Last week, the lobby of New York’s Museum of Jewish Heritage was abuzz, as caterers tactfully balanced platters of hors d’oeuvres and empty cups while weaving through an unbudging crowd. One woman sipped wine and gushed to her friends, “I mean, the production was just—I’m kvelling.” And for good reason: She had just witnessed the theatrical resurrection of The Golden Bride (or in Yiddish, Di Goldene Kale) performed by the 101-year-old National Yiddish Theatre Folksbiene. It had been nearly 70 years since the opera was last staged.
A romantic comedy, The Golden Bride tells the story of Goldele (Rachel Policar), a beautiful girl from a small Russian shtetl who lands a hefty inheritance after her estranged father dies in America. Goldele becomes the object of desire for all the boys in town with her newfound riches, though she’s got her eyes set on Misha (played by Cameron Johnson, who can pull off an impressive kazatzka). But Goldele plays hard to get: Before giving her hand to any suitor, she promises to wed the man who can find her long lost mother; Act Two takes place in a ritzy mansion in New York City, where the plot unravels and a wedding awaits. (It’s performed mostly in Yiddish, accompanied by English and Russian supertitles.)
With music by Joseph Rumshinsky, considered one of the “Big Four” composers of Yiddish theater, and libretto scribed by Frieda Frieman (though her husband, Louis, was credited), The Golden Bride was instantly a hit when it opened in 1923, filling every seat in David Kessler’s Second Avenue Theater. Over the next 25 years, the Yiddish operetta would experience numerous revivals and a slew of international tours, up until its final production in 1948. That is, until now, where it’s playing at the Museum of Jewish Heritage through January 3. The show is a riveting time capsule, a precious glimpse into the worlds of Ellis Island Jewry.
After their first public show, the cast of National Yiddish Theatre Folksbiene, now in permanent residence at the Museum of Jewish Heritage, was jubilant.
I was somewhere between the open bar and the dessert table when Zalmen Mlotek, the artistic director of the company, hammered out a rollicking rendition of “Siman Tov and Mazel Tov” on the electric keyboard, and the cast broke out into a zealous hora. Moments earlier, it was announced The New York Times had selected the show as a “Critics’ Pick,” which will likely be a boon for business.
“Anytime I get to dance, I have fun,” said Adam Shapiro who joined the Yiddish theater company in 2008 and plays Kalmen, a wheeler-and-dealer type from the shtetl. Moments later, Bryna Wasserman, the executive director of the company, came by with a half bottle of Dewars whiskey and poured Shapiro a shot, beckoning a toast before whisking off to the next stage actor with an empty glass.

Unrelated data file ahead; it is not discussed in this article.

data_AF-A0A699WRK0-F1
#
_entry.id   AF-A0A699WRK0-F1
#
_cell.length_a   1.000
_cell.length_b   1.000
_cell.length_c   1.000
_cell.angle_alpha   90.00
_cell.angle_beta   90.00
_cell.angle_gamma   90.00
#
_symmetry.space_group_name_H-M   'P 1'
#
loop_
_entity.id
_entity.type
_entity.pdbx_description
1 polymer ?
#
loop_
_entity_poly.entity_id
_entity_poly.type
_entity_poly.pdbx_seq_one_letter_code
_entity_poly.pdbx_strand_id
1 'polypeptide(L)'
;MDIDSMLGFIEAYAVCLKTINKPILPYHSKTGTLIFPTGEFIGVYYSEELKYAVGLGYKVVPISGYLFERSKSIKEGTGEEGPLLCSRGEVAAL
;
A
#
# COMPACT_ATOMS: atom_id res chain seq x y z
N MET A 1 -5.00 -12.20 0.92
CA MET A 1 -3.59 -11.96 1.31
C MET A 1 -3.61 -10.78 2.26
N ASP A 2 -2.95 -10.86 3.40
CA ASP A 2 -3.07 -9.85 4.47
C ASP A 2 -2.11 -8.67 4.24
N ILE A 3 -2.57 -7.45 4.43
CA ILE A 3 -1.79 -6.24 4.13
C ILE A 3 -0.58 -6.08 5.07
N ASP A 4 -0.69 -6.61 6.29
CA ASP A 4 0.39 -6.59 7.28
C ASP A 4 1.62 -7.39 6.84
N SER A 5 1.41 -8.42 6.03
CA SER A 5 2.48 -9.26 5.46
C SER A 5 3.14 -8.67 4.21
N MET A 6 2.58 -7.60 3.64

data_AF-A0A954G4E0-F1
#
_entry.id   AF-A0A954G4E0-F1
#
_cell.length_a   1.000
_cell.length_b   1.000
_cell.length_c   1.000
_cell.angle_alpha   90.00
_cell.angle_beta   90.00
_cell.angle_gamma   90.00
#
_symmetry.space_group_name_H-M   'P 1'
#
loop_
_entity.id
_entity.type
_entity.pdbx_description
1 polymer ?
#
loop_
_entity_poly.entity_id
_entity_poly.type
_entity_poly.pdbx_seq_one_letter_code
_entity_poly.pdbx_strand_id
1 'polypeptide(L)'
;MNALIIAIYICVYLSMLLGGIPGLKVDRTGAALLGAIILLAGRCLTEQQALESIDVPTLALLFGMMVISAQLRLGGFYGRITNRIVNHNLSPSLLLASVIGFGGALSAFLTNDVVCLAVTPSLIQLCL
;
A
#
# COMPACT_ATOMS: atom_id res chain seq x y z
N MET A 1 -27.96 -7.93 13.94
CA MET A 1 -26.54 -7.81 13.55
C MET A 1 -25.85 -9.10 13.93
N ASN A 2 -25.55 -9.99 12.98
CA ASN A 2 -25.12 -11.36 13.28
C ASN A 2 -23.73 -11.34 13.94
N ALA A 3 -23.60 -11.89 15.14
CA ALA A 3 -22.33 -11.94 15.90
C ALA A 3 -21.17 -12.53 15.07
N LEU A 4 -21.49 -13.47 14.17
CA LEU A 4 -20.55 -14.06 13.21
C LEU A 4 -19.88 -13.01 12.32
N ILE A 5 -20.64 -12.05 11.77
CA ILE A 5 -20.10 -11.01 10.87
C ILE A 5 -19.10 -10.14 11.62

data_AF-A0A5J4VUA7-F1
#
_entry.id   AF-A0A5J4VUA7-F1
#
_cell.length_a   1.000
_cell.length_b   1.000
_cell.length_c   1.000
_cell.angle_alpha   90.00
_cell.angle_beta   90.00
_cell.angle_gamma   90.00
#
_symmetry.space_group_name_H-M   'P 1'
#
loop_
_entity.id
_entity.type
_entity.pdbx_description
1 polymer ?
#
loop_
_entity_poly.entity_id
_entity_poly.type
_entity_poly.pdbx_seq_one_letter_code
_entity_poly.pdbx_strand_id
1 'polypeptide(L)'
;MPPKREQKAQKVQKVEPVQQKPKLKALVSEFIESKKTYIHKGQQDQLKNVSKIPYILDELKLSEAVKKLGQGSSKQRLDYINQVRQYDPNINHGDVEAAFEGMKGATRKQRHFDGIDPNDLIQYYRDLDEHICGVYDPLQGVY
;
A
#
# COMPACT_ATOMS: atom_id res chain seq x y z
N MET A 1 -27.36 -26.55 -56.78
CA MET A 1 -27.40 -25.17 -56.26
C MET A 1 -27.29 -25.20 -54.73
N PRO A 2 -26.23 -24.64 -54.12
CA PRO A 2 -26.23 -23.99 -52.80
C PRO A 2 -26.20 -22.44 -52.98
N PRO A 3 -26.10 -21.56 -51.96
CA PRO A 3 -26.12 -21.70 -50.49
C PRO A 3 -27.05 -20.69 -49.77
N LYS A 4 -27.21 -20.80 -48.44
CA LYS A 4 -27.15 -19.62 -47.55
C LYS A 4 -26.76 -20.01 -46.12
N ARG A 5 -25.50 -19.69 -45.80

For Shapiro, one of the most important aspects of this The Golden Bride production is the museum venue. “Outside that emergency door, you have a completely unobstructed view of the Statue of Liberty and Ellis Island,” he said. “It’s about the American dream!”
Another bonus for Shapiro? “I got my tutu! I finally got my tutu,” he said, referring to a scene in which he’s dressed in a ballerina’s get-up, which is funny considering Shapiro is by no means petite.
Also nearby was Bruce Rebold, an OB-GYN-turned-actor, who plays the character of Pinkhas, who raises Goldele in the shtetl when her parents were MIA. “I have a certain commitment element,” he said, still covered in stage makeup, and donning an awesome I Love Lucy blazer. I think it comes from my medical days.”
A newbie to Yiddish theater, Rebold remembers his grandparents speaking the language, though he admits to never understanding it. In his effort to capture the essence of a Yiddish lilt in the play, he said he channeled the sing-songy intonations of the relatives he heard so often as a child.
Resurfacing the past is a theme repeated over and over in The Golden Bride. Like an archaeologist piecing together an ancient artifact, musicologist Michael Ochs reconstructed this long lost Yiddish production, unseen in its operatic entirety for nearly a century. The search began in 1984 when Ochs came across an unpublished and incomplete manuscript of the operetta’s score at the Loeb Music Library at Harvard University, when he was putting together an exhibition for the Society of American Music. This manuscript was but one fragment, a spectre of what once was a full-fledged production. So the search began, and sent Ochs trekking from Yivo Institute to UCLA, collecting scores, lead sheets, and lyrics—whatever he could find to fill in those blank spaces. Ultimately, his search paid off after years of determination now that the operetta is back on stage and intact, where it belongs.
“I’ve got Yiddish music in my kishkes,” said Mlotek, who conducted the show—his father was an editor of The Forward and his mother, a chief Yiddish archivist.
There are no nuances in Yiddish theater. It’s over-the-top and verging-on-slapstick, with its staged pratfalls and exaggerated facial expressions. Jillian Gottlieb, who plays a very enthusiastic and very ditzy Khanele, a sister figure to Goldele, has got Yiddish theater down to a T, supplying comedy relief with plenty of pep. A chorus of “oy yoy yoys” lulls the audience into a klezmer daze, thanks to a fully-equipped orchestra fronted by Mlotek.
To Mlotek, the production serves a greater purpose than mere entertainment. “It gives us a window, a picture of what life was,” he said with heartfelt zest. “There were good times, it wasn’t just the Holocaust. They lived and created. They lived!”